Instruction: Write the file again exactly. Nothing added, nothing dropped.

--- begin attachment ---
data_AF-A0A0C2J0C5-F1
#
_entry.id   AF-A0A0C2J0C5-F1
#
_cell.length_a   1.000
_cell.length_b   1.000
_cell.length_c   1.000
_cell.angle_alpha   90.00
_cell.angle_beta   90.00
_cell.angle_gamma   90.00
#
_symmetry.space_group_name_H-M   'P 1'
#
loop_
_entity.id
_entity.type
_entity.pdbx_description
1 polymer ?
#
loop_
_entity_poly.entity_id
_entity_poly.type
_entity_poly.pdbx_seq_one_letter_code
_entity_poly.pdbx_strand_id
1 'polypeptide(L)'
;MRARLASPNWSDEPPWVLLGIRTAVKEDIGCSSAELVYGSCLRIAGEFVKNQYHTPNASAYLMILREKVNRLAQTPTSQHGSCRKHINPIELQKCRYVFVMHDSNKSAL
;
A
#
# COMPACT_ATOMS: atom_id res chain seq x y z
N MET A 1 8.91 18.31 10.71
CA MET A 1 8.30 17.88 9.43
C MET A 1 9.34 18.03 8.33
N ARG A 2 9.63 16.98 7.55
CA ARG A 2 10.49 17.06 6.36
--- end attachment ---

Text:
data_AF-A0A0C2J0C5-F1
#
_entry.id   AF-A0A0C2J0C5-F1
#
_cell.length_a   1.000
_cell.length_b   1.000
_cell.length_c   1.000
_cell.angle_alpha   90.00
_cell.angle_beta   90.00
_cell.angle_gamma   90.00
#
_symmetry.space_group_name_H-M   'P 1'
#
loop_
_entity.id
_entity.type
_entity.pdbx_description
1 polymer ?
#
loop_
_entity_poly.entity_id
_entity_poly.type
_entity_poly.pdbx_seq_one_letter_code
_entity_poly.pdbx_strand_id
1 'polypeptide(L)'
;MRARLASPNWSDEPPWVLLGIRTAVKEDIGCSSAELVYGSCLRIAGEFVKNQYHTPNASAYLMILREKVNRLAQTPTSQHGSCRKHINPIELQKCRYVFVMHDSNKSAL
;
A
#
# COMPACT_ATOMS: atom_id res chain seq x y z
N MET A 1 8.91 18.31 10.71
CA MET A 1 8.30 17.88 9.43
C MET A 1 9.34 18.03 8.33
N ARG A 2 9.63 16.98 7.55
CA ARG A 2 10.49 17.06 6.36